48. 48.
    Lago P, Tiozzo C, Boccuzzo G, Allegro A, Zacchello F. Remifentanil for percutaneous intravenous central catheter placement in preterm infant: a randomized controlled trial. Paediatr Anaesth. 2008;18:736–44.CrossRefPubMedGoogle Scholar
  49. 49.
    Shin SH, Kim HS, Lee J, Choi KY, Lee JH, Kim EK, Park MS, Choi JH. A comparative study of two remifentanil doses for procedural pain in ventilated preterm infants: a randomized, controlled study. Pediatr Crit Care Med 2014;15-5.Google Scholar
  50. 50.
    Joshi G, Tobias JD. Remifentanil to facilitate high-resolution computed tomography imaging of the chest or magnetic resonance imaging in infants. South Med J. 2009;102:1121.CrossRefPubMedGoogle Scholar
  51. 51.
    Berkenbosch JW, Graff GR, Stark JM, Ner Z, Tobias JD. Use of a remifentanil-propofol mixture for pediatric flexible fiberoptic bronchoscopy sedation. Paediatr Anaesth. 2004;14:941–6.CrossRefPubMedGoogle Scholar
  52. 52.
    Pereira e Silva Y, Gomez RS, Barbosa RF, Simões e Silva AC. Remifentanil for sedation and analgesia in a preterm neonate with respiratory distress syndrome. Paediatr Anaesth 2005;15:993–6.Google Scholar
  53. 53.
    Tobias JD. Remifentanil: Applications in the Pediatric ICU population. Amer J Pain Manage. 1998;8:114–7.Google Scholar
  54. 54.
    Pereirae Silva YP, Gomez RS, Marcatto J de O, Maximo TA, Barbosa RF, eSilva AC. Early awakening and extubation with remifentanil in ventilated premature neonates. Paediatr Anaesth 2008;18:176–83.Google Scholar
  55. 55.
    Stoppa F, Perrotta D, Tomasello C, Cecchetti C, Marano M, Pasotti E, Barbieri MA, Conti G, Pirozzi N. Low dose remifentanyl infusion for analgesia and sedation in ventilated newborns. Minerva Anestesiol. 2004;70:753–61.PubMedGoogle Scholar
  56. 56.
    Giannantonio C, Sammartino M, Valente E, Cota F, Fioretti M, Papacci P. Remifentanil analgosedation in preterm newborns during mechanical ventilation. Acta Paediatr. 2009;98:1111–5.CrossRefPubMedGoogle Scholar
  57. 57.
    Welzing L, Oberthuer A, Junghaenel S, Harnischmacher U, Stützer H, Roth B. Remifentanil/midazolam versus fentanyl/midazolam for analgesia and sedation of mechanically ventilated neonates and young infants: a randomized controlled trial. Intensive Care Med. 2012;38:1017–24.CrossRefPubMedGoogle Scholar
  58. 58.
    Howard RF, Lloyd-Thomas A, Thomas M, Williams DG, Saul R, Bruce E, Peters J. Nurse-controlled analgesia (NCA) following major surgery in 10,000 patients in a children’s hospital. Paediatr Anaesth. 2010;20:126–34.CrossRefPubMedGoogle Scholar
  59. 59.
    Morton NS, Errera A. APA national audit of pediatric opioid infusions. Paediatr Anaesth. 2010;20:119–25.CrossRefPubMedGoogle Scholar
  60. 60.
    Ansermino JM, Brooks P, Rosen D, Vandebeek CA, Reichert C. Spontaneous ventilation with remifentanil in children. Paediatr Anaesth. 2005;15:115–21.CrossRefPubMedGoogle Scholar
  61. 61.
    Barker N, Lim J, Amari E, Malherbe S, Ansermino JM. Relationship between age and spontaneous ventilation during intravenous anesthesia in children. Paediatr Anaesth. 2007;17:948–55.CrossRefPubMedGoogle Scholar
  62. 62.
    Weale NK, Rogers CA, Cooper R, Nolan J, Wolf AR. Effect of remifentanil infusion rate on stress response to the pre-bypass phase of paediatric cardiac surgery. Br J Anaesth 200;92:187–94.Google Scholar
  63. 63.
    Komatsu R, Turan AM, Orhan-Sungur M, McGuire J, Radke OC, Apfel CC. Remifentanil for general anaesthesia: a systematic review. Anaesthesia. 2007;62:1266–80.CrossRefPubMedGoogle Scholar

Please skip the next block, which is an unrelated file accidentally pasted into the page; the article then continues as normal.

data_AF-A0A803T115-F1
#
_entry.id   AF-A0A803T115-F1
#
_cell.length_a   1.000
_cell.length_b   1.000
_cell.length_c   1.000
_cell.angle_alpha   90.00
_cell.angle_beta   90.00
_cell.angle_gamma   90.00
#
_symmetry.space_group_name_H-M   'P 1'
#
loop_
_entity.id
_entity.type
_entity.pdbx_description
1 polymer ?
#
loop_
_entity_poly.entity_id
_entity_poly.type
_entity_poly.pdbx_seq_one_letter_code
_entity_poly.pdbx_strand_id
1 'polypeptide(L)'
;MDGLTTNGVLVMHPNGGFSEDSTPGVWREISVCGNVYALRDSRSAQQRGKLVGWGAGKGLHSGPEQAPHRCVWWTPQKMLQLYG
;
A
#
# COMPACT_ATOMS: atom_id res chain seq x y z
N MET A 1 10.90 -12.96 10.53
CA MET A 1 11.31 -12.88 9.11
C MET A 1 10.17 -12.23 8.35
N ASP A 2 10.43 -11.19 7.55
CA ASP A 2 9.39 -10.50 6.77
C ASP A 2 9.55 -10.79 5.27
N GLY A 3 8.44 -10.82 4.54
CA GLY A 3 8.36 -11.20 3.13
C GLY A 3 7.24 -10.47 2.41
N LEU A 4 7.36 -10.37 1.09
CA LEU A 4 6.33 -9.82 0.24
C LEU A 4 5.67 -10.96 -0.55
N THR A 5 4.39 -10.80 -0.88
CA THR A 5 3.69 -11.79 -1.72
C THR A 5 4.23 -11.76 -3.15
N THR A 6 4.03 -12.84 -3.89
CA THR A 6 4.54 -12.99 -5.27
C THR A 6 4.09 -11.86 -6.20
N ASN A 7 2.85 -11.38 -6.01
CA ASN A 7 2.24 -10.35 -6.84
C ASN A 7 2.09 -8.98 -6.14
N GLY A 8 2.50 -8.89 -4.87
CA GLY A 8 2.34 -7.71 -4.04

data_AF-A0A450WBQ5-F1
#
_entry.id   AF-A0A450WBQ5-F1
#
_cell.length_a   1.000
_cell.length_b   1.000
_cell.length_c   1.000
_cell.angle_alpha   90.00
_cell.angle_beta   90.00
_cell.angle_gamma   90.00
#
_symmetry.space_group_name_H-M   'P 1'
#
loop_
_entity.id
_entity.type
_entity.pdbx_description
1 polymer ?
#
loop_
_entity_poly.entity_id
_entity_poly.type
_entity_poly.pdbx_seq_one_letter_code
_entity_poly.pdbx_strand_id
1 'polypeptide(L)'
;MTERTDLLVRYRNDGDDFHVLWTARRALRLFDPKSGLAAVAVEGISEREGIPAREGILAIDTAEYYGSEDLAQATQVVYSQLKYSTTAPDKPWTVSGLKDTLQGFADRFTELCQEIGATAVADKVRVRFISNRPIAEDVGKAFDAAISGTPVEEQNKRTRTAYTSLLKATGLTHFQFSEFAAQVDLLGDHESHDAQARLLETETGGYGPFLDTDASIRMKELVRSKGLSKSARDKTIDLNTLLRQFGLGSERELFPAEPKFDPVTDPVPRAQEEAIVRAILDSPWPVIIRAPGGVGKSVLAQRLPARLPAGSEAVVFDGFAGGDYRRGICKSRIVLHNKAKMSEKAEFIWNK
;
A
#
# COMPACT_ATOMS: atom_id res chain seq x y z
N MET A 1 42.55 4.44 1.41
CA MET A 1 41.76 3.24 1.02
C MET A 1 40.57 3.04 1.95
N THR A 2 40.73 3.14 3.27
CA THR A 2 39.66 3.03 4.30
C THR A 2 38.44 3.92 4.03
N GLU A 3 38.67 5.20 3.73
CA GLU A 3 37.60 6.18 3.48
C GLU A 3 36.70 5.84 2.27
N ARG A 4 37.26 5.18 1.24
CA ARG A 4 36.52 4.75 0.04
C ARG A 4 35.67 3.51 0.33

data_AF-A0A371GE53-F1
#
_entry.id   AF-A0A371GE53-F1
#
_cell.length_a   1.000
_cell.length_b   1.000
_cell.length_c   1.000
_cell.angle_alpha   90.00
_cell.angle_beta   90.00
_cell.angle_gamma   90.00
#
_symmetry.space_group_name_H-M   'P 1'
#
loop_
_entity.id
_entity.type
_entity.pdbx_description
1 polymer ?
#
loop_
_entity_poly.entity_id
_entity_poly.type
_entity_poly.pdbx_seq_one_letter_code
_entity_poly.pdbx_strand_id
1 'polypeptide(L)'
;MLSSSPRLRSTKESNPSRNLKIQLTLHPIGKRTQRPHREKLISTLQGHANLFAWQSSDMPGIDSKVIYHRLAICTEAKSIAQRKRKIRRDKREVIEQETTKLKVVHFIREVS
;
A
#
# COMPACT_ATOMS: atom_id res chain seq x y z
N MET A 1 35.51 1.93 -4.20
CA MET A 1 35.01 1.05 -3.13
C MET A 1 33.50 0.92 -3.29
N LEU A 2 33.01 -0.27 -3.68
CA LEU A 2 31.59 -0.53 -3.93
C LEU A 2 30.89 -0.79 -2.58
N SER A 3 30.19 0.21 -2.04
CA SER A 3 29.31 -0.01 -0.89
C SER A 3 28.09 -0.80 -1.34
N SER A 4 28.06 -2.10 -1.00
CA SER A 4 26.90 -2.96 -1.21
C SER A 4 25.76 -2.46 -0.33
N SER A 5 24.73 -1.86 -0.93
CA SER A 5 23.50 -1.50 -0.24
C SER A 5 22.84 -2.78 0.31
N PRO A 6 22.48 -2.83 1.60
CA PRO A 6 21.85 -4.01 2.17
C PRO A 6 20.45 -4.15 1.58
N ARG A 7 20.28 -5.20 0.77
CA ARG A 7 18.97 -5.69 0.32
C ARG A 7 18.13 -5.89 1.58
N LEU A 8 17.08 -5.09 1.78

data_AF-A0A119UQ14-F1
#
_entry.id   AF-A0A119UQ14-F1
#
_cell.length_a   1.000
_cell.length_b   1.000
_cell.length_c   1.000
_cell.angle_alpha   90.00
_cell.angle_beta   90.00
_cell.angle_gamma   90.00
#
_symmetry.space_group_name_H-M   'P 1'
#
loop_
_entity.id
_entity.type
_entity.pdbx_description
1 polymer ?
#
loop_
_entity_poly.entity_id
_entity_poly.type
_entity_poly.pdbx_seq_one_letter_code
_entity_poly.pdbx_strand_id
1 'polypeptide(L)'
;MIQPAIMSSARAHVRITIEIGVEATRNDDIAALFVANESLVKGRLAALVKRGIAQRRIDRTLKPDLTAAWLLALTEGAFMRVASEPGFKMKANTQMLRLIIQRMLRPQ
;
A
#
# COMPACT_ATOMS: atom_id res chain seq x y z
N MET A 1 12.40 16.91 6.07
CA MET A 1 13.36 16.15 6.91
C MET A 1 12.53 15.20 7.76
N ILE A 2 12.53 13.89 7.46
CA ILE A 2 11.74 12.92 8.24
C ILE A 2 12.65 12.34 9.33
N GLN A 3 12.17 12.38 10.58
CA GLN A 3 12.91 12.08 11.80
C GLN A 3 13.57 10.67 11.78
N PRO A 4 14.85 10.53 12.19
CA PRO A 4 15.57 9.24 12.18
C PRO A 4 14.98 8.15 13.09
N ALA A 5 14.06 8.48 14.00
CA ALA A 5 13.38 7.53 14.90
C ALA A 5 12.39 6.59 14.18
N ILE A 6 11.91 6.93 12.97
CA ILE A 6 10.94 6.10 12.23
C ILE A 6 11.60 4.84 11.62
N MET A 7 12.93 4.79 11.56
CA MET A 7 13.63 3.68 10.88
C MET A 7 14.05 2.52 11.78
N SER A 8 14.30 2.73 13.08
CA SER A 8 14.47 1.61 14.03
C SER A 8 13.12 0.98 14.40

64. 64.
    Ellenbroek B, Schwarz M, Sontag KH, Jaspers R, Cools A. Muscular rigidity and delineation of a dopamine-specific neostriatal subregion: tonic EMG activity in rats. Brain Res. 1985;345:132–40.CrossRefPubMedGoogle Scholar
  65. 65.
    Lui PW, Lee TY, Chan SH. The possible mechanism of fentanyl-induced muscle rigidity. Ma Zui Xue Za Zhi. 1991;29:542–7.PubMedGoogle Scholar
  66. 66.
    Anand KJ, Willson DF, Berger J, Harrison R, Meert KL, Zimmerman J, Carcillo J, Newth CJ, Prodhan P, Dean JM, Nicholson C. Tolerance and withdrawal from prolonged opioid use in critically ill children. Pediatrics. 2010;125:e1208–25.CrossRefPubMedPubMedCentralGoogle Scholar
  67. 67.
    Guignard B, Bossard AE, Coste C, Sessler DI, Lebrault C, Alfonsi P, Fletcher D, Chauvin M. Acute opioid tolerance: intraoperative remifentanil increases postoperative pain and morphine requirement. Anesthesiology. 2000;93:409–17.CrossRefPubMedGoogle Scholar
  68. 68.
    Vinik HR, Kissin I. Rapid development of tolerance to analgesia during remifentanil infusion in humans. Anesth Analg. 1998;86:1307–11.PubMedGoogle Scholar
  69. 69.
    Crawford MW, Hickey C, Zaarour C, Howard A, Naser B. Development of acute opioid tolerance during infusion of remifentanil for pediatric scoliosis surgery. Anesth Analg. 2006;102:1662–7.CrossRefPubMedGoogle Scholar
  70. 70.
    Welzing L, Link F, Junghaenel S, Oberthuer A, Harnischmacher U, Stuetzer H, Roth B. Remifentanil-induced tolerance, withdrawal or hyperalgesia in infants: a randomized controlled trial. RAPIP trial: remifentanil-based analgesia and sedation of paediatric intensive care patients. Neonatology. 2013;104:34–41.CrossRefPubMedGoogle Scholar
  71. 71.
    Loop T, Priebe HJ. Prospective, randomized cost analysis of anesthesia with remifentanil combined with propofol, desflurane or sevoflurane for otorhinolaryngeal surgery. Acta Anaesthesiol Scand. 2002;46:1251–60.CrossRefPubMedGoogle Scholar
  72. 72.
    Beers RA, Calimlim JR, Uddoh E, Esposito BF, Camporesi EM. A comparison of the cost-effectiveness of remifentanil versus fentanyl as an adjuvant to general anesthesia for outpatient gynecologic surgery. Anesth Analg. 2000;91:1420–5.CrossRefPubMedGoogle Scholar

Copyright information

© Japanese Society of Anesthesiologists 2016

Authors and Affiliations

  1. 1.Department of Anesthesiology and Pain MedicineNationwide Children’s HospitalColumbusUSA
  2. 2.Department of Anesthesiology and Pain MedicineThe Ohio State University College of MedicineColumbusUSA
  3. 3.Department of PediatricsThe Ohio State University College of MedicineColumbusUSA

Personalised recommendations